The noted critic and a Palestinian now teaching at Columbia University,examines the way in which the West observes the Arabs.
In Orientalism, Said sets about dismantling the study of the "orient" in general with primary focus on the Islamic Near East. Said argues that concepts such as the Orient, Islam, the Arabs, etc. are too vast to be grouped together and presented as one coherent whole, encompassing all there is to know about the subject. Said bases his view on the shear width and breadth of the subject, the inherent bias of conflicting cultures and more recently the role of the Orientalism in colonialism. It is indeed difficult to attempt to represent a book that is so focused on anti essentialism.
Said's research of western / occidental discourse was very thorough indeed and he does illustrate through repeated examples how misinformation sufficiently repeated can become accepted academic work. Said also presents an analysis of the causes and motives and theorizes about his findings. A lengthy and a times tedious discussion of the origins of Orientalism is rather repetitive and hard to follow for a non specialist like me.
Edward Said however seem to have fallen in the same trap he attributes to Orientalism, he has not attempted to explore Arab writings of the periods he discussed nor has he attempted to present (possibly even read) work by Egyptian and Arab historians of the periods he was addressing save for work carried out in the west and within western universities. In doing so, Said fails to see how the modern and contemporary "orient" sees itself through primarily "oriental" eyes such as Ibn Khaldoun, Al Maqrizi and also through the writings of orientalists like Lane. Said also fails to address the work carried out by orientalists based on many manuscripts of Orientals.
I particularly enjoyed Said's analysis of the strong ties that Orientalism has with power and colonialism. Said analysis of the diverging development of the British and French practice based on the latter's limited success as a colonial power was very enjoyable and very well thought out. The Orientalism Today and indeed the Afterwards section are also very informative and as these were more familiar areas for Said his presentation of ideas and thoughts came across more clearly and the writing was far less tedious than the earlier parts of the book.
Orientalism is not an easy read, it will challenge many established views, indeed it has already with a fair degree of success led to changes in the way the Near East is studied. To me, most of all I see this as a book that offers in part a largely coherent explanation for the on-going misunderstanding between the West and the Near East and in Islam. And while Occidentalism does not exist as a field of study in a place like Egypt per se, Said fails to see that the west is viewed largely in terms of its wealth, promiscuous habits, hypocrisy and anti Islam and thus fails to see it as 2 way street, albeit with unequal power.
This is by no means a the definitive correction of the history of the Middle East or Near Orient, it is however a very legitimate and serious study of a field of study that no doubt has a lot to answer for!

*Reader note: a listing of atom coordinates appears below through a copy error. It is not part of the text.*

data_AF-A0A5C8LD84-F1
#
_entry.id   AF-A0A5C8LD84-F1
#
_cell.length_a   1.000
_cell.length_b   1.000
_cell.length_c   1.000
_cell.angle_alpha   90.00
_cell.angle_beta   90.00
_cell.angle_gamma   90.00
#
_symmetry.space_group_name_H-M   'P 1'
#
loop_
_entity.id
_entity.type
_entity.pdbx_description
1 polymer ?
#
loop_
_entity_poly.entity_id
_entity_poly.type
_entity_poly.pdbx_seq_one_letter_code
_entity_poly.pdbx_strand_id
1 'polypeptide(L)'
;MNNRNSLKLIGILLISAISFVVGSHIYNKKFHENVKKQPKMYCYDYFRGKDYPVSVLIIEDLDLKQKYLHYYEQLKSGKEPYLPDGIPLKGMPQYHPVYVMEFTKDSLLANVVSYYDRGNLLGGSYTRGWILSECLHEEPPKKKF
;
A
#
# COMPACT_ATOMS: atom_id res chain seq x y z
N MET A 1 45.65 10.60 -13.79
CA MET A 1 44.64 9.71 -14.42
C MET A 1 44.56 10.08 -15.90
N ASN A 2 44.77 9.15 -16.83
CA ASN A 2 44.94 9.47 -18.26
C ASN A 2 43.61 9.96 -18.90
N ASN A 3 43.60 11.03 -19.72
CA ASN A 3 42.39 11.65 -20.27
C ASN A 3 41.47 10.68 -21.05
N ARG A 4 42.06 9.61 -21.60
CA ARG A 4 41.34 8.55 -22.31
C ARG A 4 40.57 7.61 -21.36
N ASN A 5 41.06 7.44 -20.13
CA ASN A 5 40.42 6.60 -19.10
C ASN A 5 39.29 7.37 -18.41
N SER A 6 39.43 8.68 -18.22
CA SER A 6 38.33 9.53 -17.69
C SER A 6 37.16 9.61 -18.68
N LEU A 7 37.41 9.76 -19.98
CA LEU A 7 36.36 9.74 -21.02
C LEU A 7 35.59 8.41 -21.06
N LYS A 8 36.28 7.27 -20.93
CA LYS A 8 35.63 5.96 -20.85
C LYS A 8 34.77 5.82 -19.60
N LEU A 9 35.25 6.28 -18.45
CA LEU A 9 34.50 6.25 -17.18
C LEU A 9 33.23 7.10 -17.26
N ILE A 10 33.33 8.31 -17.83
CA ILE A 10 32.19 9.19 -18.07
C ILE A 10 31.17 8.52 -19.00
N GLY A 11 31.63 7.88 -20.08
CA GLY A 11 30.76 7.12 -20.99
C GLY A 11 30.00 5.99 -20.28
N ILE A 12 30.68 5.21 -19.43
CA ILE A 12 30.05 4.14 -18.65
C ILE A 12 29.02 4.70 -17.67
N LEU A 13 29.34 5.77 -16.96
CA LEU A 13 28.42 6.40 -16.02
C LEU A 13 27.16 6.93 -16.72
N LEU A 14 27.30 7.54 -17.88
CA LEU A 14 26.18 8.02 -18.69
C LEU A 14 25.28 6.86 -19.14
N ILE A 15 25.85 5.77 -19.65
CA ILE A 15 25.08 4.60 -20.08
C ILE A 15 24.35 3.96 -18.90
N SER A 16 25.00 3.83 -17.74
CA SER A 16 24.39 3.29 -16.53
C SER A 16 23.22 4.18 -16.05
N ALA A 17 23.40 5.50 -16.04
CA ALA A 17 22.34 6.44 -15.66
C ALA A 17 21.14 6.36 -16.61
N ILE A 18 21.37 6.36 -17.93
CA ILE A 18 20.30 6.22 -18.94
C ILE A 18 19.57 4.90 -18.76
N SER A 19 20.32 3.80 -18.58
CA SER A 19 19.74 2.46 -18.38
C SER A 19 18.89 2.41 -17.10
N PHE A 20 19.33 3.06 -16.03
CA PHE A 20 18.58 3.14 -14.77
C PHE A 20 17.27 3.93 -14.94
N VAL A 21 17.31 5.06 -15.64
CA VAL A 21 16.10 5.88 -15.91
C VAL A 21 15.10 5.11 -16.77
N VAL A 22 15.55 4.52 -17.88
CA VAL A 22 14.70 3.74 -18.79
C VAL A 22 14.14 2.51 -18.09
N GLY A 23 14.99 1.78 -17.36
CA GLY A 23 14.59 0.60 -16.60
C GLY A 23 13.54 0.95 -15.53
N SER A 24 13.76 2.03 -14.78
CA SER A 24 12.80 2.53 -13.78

It is not often that a brilliantly, exhaustively researched book on an alternatingly controversial and trivialized subject can engender an emotional response of the magnitude with which this work does--which usually means that it is worth reading. In documenting the psychological architecture of the western mind and its perspective on the East--or the "Orient"--he deconstructs it. The idea that it exists deconstructs it by nature; before reading this book you will swear that most of what we know of the Arabian East is the absolute truth, without even being aware that it's been either romanticized into impotence or isn't much of anything complimentary, let alone influential.
I rate ORIENTALISM, for its effect on our psyche as Americans alone (regardless of race or assumed political leanings), as one of the most important books written in the last decades of the 20th century. The world looks the way it does not because of natural law, like the reasons why the Sahara has become a desert--or at least not by the natural laws we have imagined. Edward Said, regardless of the possibility of biases coming through his scholarship, regardless of the political realities he left out of his thesis, shows this in remarkable fashion to people--like myself--who never considered this fact's existence (let alone its influence on my perceptions of the Middle East in all their forms).
Be mature enough to accept that it is not the only educated opinion or set of facts about our complex world, and this book will be a great read and teach a great deal. I would suggest triangulating ORIENTALISM with Karen Armstrong's HOLY WAR and Moseddeq Ahmed's WAR ON FREEDOM, for a truly eye-opening experience of the Western psyche regarding the East.
This is a highly recommended book. It's only weakness is that it can somewhat difficult reading, thanks to its author's genius and total mastery of the English language. I often had to underline difficult words and look them up in a dictionary, and read over some paragraphs again and again in order to grasp the complex ideas, so once I was done with the book my GRE score improved 100 points. Seriously, though, "Orientalism" is a very perceptive and methodical study of an important topic today: the relationship between East and West.